STATE: Invasive apple snails confirmed in North Carolina

RALEIGH – The N.C. Wildlife Resources Commission (NCWRC) has announced that Apple Snail, a harmful invasive aquatic species, have been identified along the Lumber River in Lumberton. Native to South America, this is the first known population of Apple Snails in North Carolina. Globally, Apple Snails are a problematic invasive species and have been introduced in Europe, Asia and multiple states within the U.S. 

A concerned citizen sent photographs of suspected Apple Snail egg clusters to the NCWRC. An NCWRC biologist inspected multiple sites along the Lumber River and collected additional egg masses for submission to the N.C. Museum of Natural Sciences, which confirmed the identification of Apple Snail eggs. Subsequent surveys by an NCWRC biologist detected adult snails and eggs near the I-95 bridge crossing of the Lumber River, at the High Hill Boating Access Area, and in Fivemile Branch, a tributary to the Lumber River. 

Apple Snail grazing habits can damage plants used by many native aquatic species and they have even been observed feeding on amphibian eggs. Additionally, Apple Snails can present human health risks. They may carry rat lungworm, which can cause a potentially fatal disease in humans if the snails are eaten raw or undercooked. The snail’s egg masses also contain a toxin which can cause skin and eye rashes.   

Apple Snails are most easily recognizable by their distinctive large, bright pink egg clusters, which are laid on solid surfaces, such as tree trucks, concrete or other vegetation, above the waterline along the edges of streams, rivers or ponds. When the eggs hatch, the young snails drop into the water, where they grow into fully aquatic adults, reaching 2 to 6 inches in size (much larger than any of our native aquatic snails). Female snails lay eggs as often as once a week, which allows populations to grow and spread rapidly once established.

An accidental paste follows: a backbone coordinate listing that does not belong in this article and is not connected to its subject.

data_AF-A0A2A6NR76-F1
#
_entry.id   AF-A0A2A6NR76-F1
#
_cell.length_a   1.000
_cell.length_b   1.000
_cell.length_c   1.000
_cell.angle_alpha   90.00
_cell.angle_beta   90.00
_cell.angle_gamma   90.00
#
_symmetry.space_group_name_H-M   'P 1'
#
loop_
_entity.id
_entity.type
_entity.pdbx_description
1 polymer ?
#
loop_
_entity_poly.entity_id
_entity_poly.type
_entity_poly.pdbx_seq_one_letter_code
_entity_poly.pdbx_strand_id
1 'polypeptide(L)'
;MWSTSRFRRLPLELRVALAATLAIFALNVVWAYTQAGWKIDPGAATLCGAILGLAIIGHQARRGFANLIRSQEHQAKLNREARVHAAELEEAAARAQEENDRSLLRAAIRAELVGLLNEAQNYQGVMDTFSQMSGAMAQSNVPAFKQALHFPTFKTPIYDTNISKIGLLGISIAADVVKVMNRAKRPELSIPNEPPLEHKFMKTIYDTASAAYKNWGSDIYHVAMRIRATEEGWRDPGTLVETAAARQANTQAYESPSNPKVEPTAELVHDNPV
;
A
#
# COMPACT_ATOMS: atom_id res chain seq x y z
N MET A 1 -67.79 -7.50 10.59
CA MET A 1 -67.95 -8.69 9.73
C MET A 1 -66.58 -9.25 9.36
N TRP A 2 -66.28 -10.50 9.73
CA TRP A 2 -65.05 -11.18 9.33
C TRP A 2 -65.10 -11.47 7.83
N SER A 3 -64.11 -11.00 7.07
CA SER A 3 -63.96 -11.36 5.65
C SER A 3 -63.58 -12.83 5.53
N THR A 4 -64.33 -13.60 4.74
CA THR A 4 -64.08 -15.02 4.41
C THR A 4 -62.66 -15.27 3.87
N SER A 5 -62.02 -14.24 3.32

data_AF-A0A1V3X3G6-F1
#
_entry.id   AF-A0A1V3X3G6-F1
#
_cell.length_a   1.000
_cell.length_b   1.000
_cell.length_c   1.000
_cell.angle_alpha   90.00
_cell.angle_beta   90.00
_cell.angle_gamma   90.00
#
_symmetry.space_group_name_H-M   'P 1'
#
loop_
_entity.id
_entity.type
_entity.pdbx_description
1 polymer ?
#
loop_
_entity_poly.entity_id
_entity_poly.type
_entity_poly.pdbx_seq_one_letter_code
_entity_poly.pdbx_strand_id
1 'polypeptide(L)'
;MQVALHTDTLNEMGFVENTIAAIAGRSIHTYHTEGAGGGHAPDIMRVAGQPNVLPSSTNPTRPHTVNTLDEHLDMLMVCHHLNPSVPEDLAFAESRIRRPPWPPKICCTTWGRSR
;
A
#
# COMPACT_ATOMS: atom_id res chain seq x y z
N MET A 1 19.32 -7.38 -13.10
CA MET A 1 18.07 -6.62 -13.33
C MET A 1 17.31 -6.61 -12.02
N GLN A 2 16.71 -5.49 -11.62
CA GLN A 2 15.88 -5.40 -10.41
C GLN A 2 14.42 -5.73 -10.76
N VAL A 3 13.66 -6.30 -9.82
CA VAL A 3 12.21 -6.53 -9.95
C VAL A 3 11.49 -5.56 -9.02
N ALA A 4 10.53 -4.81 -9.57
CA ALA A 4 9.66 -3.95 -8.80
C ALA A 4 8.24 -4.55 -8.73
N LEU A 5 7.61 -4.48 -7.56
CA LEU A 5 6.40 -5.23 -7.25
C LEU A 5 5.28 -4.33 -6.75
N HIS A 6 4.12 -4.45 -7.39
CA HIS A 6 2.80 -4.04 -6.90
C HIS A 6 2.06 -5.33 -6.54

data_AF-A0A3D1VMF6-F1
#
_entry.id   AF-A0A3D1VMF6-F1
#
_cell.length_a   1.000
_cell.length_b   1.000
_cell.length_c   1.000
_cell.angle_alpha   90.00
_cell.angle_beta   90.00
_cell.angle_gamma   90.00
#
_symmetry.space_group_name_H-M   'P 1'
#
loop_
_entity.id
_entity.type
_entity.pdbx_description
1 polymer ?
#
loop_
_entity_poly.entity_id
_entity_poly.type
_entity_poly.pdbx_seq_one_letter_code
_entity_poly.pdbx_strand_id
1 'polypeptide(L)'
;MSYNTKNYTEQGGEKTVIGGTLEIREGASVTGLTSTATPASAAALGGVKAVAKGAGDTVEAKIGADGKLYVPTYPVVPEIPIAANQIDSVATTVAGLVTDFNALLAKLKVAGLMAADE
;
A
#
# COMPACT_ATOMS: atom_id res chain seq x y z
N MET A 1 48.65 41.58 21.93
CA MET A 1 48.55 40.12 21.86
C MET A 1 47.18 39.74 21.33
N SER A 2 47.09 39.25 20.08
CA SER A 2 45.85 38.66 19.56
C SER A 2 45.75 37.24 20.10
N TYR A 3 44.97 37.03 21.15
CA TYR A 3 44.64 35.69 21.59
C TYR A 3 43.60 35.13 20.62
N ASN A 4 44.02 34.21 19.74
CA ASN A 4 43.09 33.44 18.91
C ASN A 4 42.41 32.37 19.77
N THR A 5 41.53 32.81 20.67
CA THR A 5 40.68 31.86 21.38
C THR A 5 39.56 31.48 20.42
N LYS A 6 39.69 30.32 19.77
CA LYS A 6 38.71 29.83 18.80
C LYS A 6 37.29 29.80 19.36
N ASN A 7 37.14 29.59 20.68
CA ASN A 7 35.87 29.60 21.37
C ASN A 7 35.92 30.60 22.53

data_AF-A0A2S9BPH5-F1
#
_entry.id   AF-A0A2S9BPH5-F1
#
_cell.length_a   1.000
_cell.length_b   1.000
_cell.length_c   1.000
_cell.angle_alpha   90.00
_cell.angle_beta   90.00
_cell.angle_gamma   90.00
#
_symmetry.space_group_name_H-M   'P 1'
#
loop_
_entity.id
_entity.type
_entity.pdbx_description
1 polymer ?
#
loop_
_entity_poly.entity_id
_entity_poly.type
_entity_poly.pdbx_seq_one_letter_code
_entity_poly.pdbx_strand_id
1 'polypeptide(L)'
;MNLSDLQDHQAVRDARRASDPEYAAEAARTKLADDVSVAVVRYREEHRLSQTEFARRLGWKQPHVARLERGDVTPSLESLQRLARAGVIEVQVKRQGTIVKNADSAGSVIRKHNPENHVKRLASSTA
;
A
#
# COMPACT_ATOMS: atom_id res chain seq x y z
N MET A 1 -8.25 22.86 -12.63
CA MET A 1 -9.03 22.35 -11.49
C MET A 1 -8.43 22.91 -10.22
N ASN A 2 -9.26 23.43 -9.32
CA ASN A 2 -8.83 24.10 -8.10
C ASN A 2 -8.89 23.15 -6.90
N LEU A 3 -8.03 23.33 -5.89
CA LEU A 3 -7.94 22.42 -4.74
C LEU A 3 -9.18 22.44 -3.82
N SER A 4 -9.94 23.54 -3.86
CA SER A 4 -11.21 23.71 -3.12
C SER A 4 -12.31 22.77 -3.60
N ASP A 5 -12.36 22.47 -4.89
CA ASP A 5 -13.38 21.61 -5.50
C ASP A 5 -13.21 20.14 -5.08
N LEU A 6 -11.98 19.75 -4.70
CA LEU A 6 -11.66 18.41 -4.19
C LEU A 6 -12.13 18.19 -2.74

Because of their destructive impact, it is unlawful to transport, purchase, possess, sell or stock apple snails in North Carolina. Please report suspected apple snail or an egg mass online via the Aquatic Nuisance Species Reporting Tool and include a photograph and location where they were found. After documenting the location, egg masses can be destroyed by crushing them and scraping them into the water with any implement such as a stick or a boat paddle, making sure the eggs sink, while avoiding touching them with bare skin. Adult snails can be destroyed by crushing or freezing.     

To prevent the spread of aquatic invasive species NCWRC offers the following guidance:  

Clean: Equipment of all aquatic plants, animals and mud.  

Drain: Water from boats, live wells, bait buckets and all equipment.  

Dry: All equipment thoroughly  

Never Move: Fish, plants or other organisms from one body of water to another.   

Visit NCWRC’s aquatic nuisance species webpage for more information on apple snails.